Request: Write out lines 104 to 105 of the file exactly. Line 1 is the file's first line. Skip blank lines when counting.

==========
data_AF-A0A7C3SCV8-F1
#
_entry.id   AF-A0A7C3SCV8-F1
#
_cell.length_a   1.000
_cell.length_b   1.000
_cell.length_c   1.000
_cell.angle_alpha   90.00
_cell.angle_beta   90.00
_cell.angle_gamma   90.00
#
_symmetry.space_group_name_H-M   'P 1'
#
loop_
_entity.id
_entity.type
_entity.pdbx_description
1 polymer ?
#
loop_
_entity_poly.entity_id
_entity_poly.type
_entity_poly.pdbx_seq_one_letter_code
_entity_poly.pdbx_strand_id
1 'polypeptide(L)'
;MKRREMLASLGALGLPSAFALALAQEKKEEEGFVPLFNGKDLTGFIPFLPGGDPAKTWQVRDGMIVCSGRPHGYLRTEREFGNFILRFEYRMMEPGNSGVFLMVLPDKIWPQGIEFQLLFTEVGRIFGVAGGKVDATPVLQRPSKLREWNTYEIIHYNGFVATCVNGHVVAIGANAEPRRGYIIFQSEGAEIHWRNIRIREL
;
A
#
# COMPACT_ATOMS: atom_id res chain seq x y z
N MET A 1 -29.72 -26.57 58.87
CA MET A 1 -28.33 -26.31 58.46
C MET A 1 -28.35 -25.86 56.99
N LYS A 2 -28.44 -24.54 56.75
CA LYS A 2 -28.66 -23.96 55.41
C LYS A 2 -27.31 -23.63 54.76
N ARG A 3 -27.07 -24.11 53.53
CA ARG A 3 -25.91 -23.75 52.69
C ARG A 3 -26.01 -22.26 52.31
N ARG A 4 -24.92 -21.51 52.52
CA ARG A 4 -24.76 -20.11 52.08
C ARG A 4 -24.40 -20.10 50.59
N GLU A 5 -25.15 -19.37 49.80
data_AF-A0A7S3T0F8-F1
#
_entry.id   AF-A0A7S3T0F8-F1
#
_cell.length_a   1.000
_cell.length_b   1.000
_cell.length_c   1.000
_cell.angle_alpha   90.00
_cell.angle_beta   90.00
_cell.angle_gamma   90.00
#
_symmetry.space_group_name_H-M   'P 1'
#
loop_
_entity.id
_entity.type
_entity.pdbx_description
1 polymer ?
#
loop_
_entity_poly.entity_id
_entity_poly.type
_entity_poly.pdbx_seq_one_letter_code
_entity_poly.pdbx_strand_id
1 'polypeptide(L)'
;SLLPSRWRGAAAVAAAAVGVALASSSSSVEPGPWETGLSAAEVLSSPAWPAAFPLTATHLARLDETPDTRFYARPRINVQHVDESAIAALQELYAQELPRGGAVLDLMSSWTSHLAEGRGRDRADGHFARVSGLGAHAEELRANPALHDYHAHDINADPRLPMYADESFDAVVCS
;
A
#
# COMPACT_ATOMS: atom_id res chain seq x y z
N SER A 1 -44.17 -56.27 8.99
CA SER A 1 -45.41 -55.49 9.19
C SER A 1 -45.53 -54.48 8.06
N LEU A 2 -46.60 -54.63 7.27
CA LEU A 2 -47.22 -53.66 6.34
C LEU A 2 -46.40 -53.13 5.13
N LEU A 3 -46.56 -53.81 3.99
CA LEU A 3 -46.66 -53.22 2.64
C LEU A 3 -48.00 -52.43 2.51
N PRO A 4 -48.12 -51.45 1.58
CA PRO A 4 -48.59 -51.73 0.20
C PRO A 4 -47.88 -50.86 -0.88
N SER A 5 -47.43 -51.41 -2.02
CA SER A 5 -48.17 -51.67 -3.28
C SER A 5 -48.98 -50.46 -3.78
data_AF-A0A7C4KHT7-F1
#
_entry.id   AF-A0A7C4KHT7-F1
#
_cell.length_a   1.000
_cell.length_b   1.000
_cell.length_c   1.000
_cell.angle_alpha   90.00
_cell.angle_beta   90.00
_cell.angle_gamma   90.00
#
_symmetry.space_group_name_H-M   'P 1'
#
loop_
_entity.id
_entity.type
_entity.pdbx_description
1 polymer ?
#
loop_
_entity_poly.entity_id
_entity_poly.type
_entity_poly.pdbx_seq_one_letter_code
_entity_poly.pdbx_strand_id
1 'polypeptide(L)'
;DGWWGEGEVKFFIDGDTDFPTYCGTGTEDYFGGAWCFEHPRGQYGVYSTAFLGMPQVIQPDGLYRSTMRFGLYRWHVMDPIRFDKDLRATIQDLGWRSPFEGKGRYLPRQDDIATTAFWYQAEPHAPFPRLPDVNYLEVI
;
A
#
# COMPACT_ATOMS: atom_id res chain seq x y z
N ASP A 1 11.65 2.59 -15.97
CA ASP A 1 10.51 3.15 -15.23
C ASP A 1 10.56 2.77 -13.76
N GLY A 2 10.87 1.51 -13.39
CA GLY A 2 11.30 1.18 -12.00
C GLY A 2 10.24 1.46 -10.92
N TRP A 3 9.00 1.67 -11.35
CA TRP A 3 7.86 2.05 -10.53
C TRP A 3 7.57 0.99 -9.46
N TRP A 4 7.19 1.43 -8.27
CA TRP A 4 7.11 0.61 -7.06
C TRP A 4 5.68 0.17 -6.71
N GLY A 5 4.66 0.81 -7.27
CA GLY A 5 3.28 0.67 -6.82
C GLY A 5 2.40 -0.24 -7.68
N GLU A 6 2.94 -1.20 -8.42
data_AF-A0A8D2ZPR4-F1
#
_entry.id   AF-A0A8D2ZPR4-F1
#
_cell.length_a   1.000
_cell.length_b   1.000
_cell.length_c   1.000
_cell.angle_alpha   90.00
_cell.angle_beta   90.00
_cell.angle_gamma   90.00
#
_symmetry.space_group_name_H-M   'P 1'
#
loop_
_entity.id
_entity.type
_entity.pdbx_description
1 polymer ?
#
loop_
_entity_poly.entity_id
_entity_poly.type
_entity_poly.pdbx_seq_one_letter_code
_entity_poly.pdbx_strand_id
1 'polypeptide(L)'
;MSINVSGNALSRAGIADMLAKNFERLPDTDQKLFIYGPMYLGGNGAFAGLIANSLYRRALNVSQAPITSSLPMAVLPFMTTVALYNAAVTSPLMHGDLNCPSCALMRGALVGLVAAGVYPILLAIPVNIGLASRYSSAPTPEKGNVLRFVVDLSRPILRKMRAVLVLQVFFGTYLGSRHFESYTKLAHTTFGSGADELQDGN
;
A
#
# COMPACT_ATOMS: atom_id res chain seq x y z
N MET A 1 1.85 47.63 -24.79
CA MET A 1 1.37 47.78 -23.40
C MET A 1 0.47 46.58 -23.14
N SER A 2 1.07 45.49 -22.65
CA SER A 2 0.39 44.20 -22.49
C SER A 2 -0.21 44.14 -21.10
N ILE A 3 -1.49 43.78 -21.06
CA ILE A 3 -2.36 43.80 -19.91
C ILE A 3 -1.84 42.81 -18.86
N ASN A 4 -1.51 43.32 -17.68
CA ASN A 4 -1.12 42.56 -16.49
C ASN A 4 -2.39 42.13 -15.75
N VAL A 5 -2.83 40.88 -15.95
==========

_entity.type
_entity.pdbx_description